It starts with yoga on the rooftop of a riad in Marrakech and ends with desert glamping. Larissa Dubecki finds a wellness tour with the lot – including cake for breakfast.
The Moroccan retreat where yoga is rewarded with cake
The road to wellbeing is paved with good intentions. Barely used gym memberships crunch underfoot alongside half-buried memories of Zumba, CrossFit and Yogalates.
That may explain why I’m in Morocco on a yoga and wellness tour when there’s a perfectly serviceable yoga studio 100 metres from my home. An extravagance? Maybe. But something about the combination of “Morocco” and “yoga” feeds into fantasies of personal fulfilment the way “suburban Melbourne” and “get home in time for the kids’ dinner” do not.
This theory finds me on the rooftop of quietly luxurious Riad Les Yeux Bleus boutique hotel (hotel.qantas.com .au/riadlesy euxbleus) in the ancient medina of Marrakech, shoulders planted on the ground as yoga master Perumal holds my body in the air at an impressive 90-degree angle in the pose known as sarvangasana.
Perumal is a yogic prince. A limber cat of a man clad in white linen pants, he (like Beyoncé) goes by one name only. It’s something of a moment, this first morning in the gloriously chaotic capital of
Berber culture. The sun is glinting off meticulously patterned tiles, birds chortle their songs and a pool burbles nearby. The illusion is broken when Perumal releases his grip and I collapse into the yogic pose known as felinasana, or “cat hit by car”.
There will be no backlit beach asanas, popularised by the likes of Gisele Bündchen, on this trip. “You have to decide if you’re going on retreat or if you’re going on holiday,” says Perumal, our instructor for this morning only. I can only imagine that two weeks with him would make anyone straighten up and fly right but the tour by small-group company Gypsian Boutique Tours (gypsianboutiquetours.com.au) is blessedly of the moderate school. Sorry, Perumal, but this is a holiday – albeit one with health benefits.
Wellness tours in Morocco take many forms. Some companies focus on mountain biking (bike-morocco.com), others on trekking (atlastrekshop.com). Candace Warner founded Gypsian Boutique Tours in 2012 after several years of living and tour-guiding in the Middle East. She leads the 11-night tours with a keen eye for combining yoga and spa treatments with cultural activities and local cuisine. As an added bonus for any frazzled member of the working-parent chain gang, she’s also happy to accommodate proclivities relating to shopping and sleeping in. One word: nirvana.
Any fears that we’re about to embark on a regimen of boot-camp drills and self-denial are banished this morning when our group finds that the typical Moroccan breakfast spread features a rich cake. Clearly, this is a nation with its priorities in order.
Post-Perumal, we retire to a luxury hammam to be steamed and pummelled into cleanliness by a team of cheerful women. It’s uncannily like being a child again, relinquishing control to a higher power who will scrub, coddle and occasionally scold.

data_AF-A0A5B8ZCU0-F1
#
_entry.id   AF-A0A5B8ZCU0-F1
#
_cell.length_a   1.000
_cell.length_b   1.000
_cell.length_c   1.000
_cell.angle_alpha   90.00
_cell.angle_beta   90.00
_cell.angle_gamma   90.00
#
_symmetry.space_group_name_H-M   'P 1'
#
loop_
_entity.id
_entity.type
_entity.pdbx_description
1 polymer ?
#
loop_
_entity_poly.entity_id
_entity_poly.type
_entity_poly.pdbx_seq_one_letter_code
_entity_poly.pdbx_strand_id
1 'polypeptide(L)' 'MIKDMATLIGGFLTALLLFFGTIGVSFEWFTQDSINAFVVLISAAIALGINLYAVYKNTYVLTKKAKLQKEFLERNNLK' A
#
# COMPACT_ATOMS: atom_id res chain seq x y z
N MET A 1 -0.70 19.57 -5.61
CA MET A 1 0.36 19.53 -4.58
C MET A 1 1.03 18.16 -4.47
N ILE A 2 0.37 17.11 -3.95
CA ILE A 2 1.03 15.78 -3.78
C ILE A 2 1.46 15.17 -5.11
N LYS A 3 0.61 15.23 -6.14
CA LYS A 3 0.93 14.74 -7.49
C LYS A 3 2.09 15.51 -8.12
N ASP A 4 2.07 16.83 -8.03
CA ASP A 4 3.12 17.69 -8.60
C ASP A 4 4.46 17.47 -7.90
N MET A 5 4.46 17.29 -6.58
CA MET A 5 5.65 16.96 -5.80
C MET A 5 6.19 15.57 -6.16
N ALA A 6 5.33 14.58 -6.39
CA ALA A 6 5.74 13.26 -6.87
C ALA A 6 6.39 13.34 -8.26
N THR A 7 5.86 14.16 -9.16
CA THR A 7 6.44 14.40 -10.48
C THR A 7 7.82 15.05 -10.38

As Morocco is an Islamic country, alcohol is hard to come by. It’s a bit like going to rehab but with better views and comfier beds. Going (mostly) booze-free certainly helps the wellness, plus the food – as intriguing and mysteriously spiced as the surroundings – is healthy without making a song and dance about it. There’s no place here for talk of Paleo or superfoods. At a cooking class at Atelier de Cuisine (atelier-chef-tarik.com) – less than an hour’s drive from Marrakech to a green village oasis – we make fragrant lamb tagine with apricots. I tell head chef Tarik Harabida about the Australian version of couscous: open the packet, add to boiling water, leave for three minutes and hey presto! He looks at me, puzzled, before it dawns on him. “In Morocco we have a fast method, too.” How long does it take, Tarik? “One hour.” There’s also plenty of time for sauntering. Candace and Berber man Lahcen lead us through a sprawling, serpentine souk, a hub of commerce where it would be entirely possible to get lost and emerge blinking and considerably poorer two weeks later. We walk through the fabled Jemaa el-Fna square, which is a bit like the intergalactic bar in Star Wars: a riot of snake charmers; Berber storytellers spinning yarns passed down for a millennium; magicians and women who will paint your hands with intricate henna tattoos. Charcoal, the cooking fuel of choice, sends edible plumes of smoke into the air.
Four-wheel drive vehicles take us bumping out to a desert camp in the High Atlas mountains, where glamping reaches a new stratosphere. Doing yoga early the next morning in the brisk desert air is almost transcendent, with a pink and blue sky showing off against the pale desert palette. The beauty is rivalled only by my excitement that I’m already much more bendy.
It reminds me of something Perumal said on the rooftop. “Sometimes, when people arrive, they can bend only to here” (he indicated his knees). “And when they leave, they can go to here” (his toes). What he meant, I think, is that everyone has their own battle to fight. The road to wellness is paved with self-acceptance and an awareness of what we have the power to change – and what we can only change momentarily before thoughts turn to breakfast cake.
The oasis-like Pool Patio courtyard at Riad Les Yeux Bleus (left); desert dunes south-east of Marrakech (below)